Though he is known as a humorist, it is a dreadful mistake to regard JAMES THURBER (1894–1961) as lighthearted or whimsical. He spent his life defending the pathos of humor and once defined it as “a kind of emotional chaos told about calmly and quietly in retrospect.” Disorder, disaster, and distress color his work as finely as embroidery on a linen sampler. Reading him as misogynist also misses the subterfuge. Thurber’s predatory, aggressive women actually invert the worst qualities of conventional men, who Thurber portrays as cowering fools tangled in typewriter ribbon. Only animals live in a calm, orderly space, serving as support beams for human disarray. Related, perhaps, to Thurber’s own near-blindness, the humans are constantly mistaking animals for something they are clearly not. A moose is actually a horse with a span of antlers strapped to its head. A seagull is “a rabbit backing up” and that is no St. Bernard, madam; that is a bear.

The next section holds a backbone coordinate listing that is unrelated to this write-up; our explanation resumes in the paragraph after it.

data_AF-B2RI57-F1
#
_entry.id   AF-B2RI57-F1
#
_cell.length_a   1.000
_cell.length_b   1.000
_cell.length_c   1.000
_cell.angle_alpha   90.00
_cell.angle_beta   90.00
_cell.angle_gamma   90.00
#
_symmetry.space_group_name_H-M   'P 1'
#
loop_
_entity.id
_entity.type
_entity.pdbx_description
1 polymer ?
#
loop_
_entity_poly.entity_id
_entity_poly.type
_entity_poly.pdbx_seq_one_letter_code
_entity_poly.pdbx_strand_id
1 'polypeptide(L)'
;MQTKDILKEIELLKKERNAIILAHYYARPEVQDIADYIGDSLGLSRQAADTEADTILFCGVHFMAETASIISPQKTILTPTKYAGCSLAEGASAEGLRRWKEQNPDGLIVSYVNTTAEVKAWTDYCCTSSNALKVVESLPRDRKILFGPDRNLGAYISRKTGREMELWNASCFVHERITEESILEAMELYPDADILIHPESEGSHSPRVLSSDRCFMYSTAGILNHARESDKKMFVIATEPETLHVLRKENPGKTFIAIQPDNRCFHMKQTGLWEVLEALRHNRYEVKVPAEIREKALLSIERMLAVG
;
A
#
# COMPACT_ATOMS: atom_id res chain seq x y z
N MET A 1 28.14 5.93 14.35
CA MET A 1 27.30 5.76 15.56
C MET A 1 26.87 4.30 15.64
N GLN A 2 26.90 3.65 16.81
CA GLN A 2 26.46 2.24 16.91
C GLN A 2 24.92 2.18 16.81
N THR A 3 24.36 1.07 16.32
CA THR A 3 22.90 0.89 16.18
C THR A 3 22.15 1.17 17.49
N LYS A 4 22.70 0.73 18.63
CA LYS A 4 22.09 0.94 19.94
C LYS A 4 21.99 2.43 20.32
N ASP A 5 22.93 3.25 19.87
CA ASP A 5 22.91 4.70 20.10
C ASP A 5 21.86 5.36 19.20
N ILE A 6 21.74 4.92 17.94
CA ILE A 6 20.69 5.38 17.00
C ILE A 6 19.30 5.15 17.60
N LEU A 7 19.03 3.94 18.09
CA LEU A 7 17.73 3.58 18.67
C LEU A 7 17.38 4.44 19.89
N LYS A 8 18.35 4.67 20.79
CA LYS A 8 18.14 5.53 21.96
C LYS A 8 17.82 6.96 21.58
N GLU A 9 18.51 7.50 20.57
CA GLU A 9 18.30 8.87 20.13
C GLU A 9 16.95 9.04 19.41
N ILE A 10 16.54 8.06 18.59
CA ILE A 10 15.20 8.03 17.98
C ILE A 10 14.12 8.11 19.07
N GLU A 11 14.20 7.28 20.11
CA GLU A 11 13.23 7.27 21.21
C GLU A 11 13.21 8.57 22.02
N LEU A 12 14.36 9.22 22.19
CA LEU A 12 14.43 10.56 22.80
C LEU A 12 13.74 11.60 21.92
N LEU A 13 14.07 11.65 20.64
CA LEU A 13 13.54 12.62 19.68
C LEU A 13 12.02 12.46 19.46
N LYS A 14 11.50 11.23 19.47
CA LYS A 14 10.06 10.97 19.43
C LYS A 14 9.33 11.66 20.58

In Thurber’s last year, a series of strokes exacerbated his habitual crankiness, but did not dilute his insistence that humor was a serious genre. Eisenhower-era readers who wanted to interpret his fables — which Thurber regarded as among his most potent work — as jokey chestnuts received long, fulminating replies. To one Harvard professor he suggested, “Maybe your students should try rewriting ‘The Waste Land’ to get some cheer and zing into it. Good luck, anyway.”
HUMORISTS at HILOBROW: Michael O’Donoghue | Jemaine Clement | Andy Kaufman | Danny Kaye | George Ade | Jimmy Durante | Jack Benny | Aziz Ansari | Godfrey Cambridge | Eric Idle | David Cross | Stewart Lee | Samuel Beckett | Joanna Lumley | Jerome K. Jerome | Phil Silvers | Edward Lear | Tony Hancock | George Carlin | Stephen Colbert | Tina Fey | Keith Allen | Russell Brand | Michael Cera | Stan Laurel | Ricky Gervais | Gilda Radner | Larry David | Chris Pontius | Dave Chappelle | Jimmy Finlayson | Paul Reubens | Peter Sellers | Buster Keaton | Flann O’Brien | Lenny Bruce | Sacha Baron Cohen | Steve Coogan | PG Wodehouse | A.J. Liebling | Curly Howard | Fran Lebowitz | Charlie Kaufman | Stephen Merchant | Richard Pryor | James Thurber | Bill Hicks | ALSO: Comedy and the Death of God
READ MORE about men and women born on the cusp between the Modernist (1884–93) and Hardboiled (1894-1903) Generations.